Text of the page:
And what was your experience?
I just got Esther Gokhale's "8 Steps to a Pain-Free Back" and already I'm sticking my butt out and walking taller! I currently have a very long commute (2+ hours per day). Which is not paleo and I am looking for something closer to home... Anyways, she recommends this cushion for driving. Its $50 and I just thought I'd see if anybody has tried it before I shell out the money.
Other thoughts on your application of her techniques would be appreciated as well.
Mark Sisson mentions her work in this post: http://www.marksdailyapple.com/improve-posture/
asked byDave_S_ (20436)
Get FREE instant access to our Paleo For Beginners Guide & 15 FREE Recipes!
on April 14, 2011
at 07:25 PM
I'll give my experience with Esther's program in general, including the sit cushion. Sorry for the wall-of-text.
tl;dr = the cushion and Esther's program was a part of me finally being pain free after 20 years. How big a part? I don't know, but I have to recommend it.
The book: About a year ago I came across Primal/Paleo, CrossFit and Gokhale all at roughly the same time. Not surprising really since I learned about them from roughly the same sources. I was 43, in OK but not great shape, not overweight but a pretty shitty eater (SAD). Prior to this I had suffered from lower back pain off and on for about 20 years. Nothing really helped much (chiro, acupuncture, Egoscue).
I'm fortunate to live pretty close to Palo Alto so I sucked it up and dropped the money for Esther's 6-week class. Pretty desperate for any relief so I figured it was worth it. I bought the book and 2 cushions (one for my car, liked it so I bought one for my office chair).
I put a lot of effort into following everything taught in the class and the book. A lot of time it comes down to remembering to do stuff, so I would often find myself slouching, walking poorly, etc. But all-in-all I think I did fairly well.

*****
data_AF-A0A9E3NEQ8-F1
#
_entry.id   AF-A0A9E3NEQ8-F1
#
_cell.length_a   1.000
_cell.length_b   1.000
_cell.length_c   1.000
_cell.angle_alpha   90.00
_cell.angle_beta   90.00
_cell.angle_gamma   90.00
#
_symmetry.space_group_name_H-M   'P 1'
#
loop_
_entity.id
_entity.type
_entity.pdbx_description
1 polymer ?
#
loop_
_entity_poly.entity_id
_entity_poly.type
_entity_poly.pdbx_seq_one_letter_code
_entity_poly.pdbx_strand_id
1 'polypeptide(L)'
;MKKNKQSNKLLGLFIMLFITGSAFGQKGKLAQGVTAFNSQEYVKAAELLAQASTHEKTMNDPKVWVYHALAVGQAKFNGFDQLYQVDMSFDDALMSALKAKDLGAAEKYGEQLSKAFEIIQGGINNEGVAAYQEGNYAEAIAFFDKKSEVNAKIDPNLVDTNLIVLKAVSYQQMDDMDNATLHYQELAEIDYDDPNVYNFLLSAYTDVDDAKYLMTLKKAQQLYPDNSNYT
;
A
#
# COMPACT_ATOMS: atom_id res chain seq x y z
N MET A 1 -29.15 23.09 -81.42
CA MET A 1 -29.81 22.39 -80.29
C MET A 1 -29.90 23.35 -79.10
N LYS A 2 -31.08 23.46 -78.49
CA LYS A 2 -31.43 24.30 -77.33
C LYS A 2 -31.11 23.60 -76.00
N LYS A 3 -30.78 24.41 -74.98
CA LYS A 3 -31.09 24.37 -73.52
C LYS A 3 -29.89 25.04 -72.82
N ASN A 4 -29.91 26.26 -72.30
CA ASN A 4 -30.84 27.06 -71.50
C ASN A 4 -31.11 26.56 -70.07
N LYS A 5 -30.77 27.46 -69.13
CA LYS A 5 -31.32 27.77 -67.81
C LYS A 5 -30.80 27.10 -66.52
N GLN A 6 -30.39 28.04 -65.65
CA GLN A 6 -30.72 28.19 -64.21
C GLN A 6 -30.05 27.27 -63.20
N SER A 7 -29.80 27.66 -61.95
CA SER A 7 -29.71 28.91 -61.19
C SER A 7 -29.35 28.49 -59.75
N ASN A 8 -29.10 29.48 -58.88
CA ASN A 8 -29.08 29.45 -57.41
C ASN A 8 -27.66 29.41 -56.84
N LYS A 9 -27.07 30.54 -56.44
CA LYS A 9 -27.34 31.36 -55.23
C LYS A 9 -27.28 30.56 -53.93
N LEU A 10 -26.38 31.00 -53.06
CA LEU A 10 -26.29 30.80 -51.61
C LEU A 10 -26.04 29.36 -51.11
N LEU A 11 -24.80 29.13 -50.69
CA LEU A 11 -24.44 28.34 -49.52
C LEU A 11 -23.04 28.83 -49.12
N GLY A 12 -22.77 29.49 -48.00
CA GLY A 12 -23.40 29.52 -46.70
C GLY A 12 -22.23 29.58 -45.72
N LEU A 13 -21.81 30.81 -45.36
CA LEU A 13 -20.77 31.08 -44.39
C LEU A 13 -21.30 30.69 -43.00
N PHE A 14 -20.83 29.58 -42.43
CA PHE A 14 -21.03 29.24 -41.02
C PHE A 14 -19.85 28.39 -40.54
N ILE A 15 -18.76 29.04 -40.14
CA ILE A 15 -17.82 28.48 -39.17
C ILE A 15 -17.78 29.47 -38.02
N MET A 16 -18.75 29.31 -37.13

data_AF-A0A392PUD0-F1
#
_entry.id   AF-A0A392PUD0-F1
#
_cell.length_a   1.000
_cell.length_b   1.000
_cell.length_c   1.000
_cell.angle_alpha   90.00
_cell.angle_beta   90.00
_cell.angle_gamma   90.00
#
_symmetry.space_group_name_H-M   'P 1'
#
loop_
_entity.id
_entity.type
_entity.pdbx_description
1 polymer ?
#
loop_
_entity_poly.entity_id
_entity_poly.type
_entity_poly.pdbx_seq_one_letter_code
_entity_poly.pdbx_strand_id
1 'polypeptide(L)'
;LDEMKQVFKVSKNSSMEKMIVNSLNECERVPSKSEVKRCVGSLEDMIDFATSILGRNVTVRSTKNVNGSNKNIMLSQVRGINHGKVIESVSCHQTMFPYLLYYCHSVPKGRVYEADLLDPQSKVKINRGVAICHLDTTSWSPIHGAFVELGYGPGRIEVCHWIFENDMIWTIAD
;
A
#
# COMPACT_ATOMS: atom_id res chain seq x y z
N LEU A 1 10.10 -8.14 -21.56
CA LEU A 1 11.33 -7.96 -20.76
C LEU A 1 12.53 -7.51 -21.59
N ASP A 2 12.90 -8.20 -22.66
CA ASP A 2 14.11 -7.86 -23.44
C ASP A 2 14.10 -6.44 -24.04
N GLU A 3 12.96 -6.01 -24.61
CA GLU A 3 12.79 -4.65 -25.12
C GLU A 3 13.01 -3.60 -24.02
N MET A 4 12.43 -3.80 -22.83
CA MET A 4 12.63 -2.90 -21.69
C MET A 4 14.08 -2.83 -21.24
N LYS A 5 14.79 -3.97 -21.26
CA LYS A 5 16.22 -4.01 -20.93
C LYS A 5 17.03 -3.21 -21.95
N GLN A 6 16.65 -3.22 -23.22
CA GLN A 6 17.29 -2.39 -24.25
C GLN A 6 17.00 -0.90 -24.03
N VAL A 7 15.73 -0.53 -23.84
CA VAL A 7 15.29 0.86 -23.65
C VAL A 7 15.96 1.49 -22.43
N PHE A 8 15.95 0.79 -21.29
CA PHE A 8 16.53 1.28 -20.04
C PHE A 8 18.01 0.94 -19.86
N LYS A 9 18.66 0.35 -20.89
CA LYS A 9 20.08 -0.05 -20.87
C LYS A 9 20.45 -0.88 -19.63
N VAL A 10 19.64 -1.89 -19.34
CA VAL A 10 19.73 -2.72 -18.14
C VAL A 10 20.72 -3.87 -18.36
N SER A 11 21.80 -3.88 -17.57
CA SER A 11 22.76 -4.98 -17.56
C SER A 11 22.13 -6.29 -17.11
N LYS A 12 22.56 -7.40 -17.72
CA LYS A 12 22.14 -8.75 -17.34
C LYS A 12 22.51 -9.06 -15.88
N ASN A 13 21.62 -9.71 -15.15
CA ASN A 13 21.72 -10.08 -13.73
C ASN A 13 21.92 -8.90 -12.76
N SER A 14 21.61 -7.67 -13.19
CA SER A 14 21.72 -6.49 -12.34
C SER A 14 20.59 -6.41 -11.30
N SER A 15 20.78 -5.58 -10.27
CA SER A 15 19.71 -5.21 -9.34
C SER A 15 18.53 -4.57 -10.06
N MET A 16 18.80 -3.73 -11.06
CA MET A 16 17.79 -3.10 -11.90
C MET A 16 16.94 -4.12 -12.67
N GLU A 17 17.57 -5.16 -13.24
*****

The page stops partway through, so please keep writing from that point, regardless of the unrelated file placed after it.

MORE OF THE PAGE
Oddly, though, during the course of the 6-week class itself I feel like things with my back got worse. Now, I think some of this may have to do with making a lot of changes to my posture, etc. But also, like I said, I was just starting to do crossfit. If you're an x-fitter you know that you do a shit load of squats, deadlifts, wallballs, cleans, etc. All of these were very difficult for me initially (I could basically deadlift a bar, not much more) ... like I said, my back felt worse a lot of the time.
But, I felt like I was on to something and stuck with it. And then a miracle ... somehow, somewhere (maybe 6 months) along the way I really did start getting stronger and my back pain basically disappeared. Was it crossfit? Gokhale? Both? I don't know and I don't really care. What I do know is that I'm pretty much pain free for 6 months ... something I never could have imagined.
So, my impressions of the cushion. I really like it. It's much better than a rolled up towel if for no other reason than ease of use. Having it on my office chair and car seat almost guaranteed lots of stretch-sitting time. It's a perfect, physical reminder to sit yourself correctly.
Durability-wise the one I had in my car took quite a beating, a couple of the rubber nubs came apart at the seams (though the one in my office had no such problem). By the time it fell apart though I wasn't needing it any longer so I didn't really try to get Gokhale to replace it. They might very well have ... I just don't know.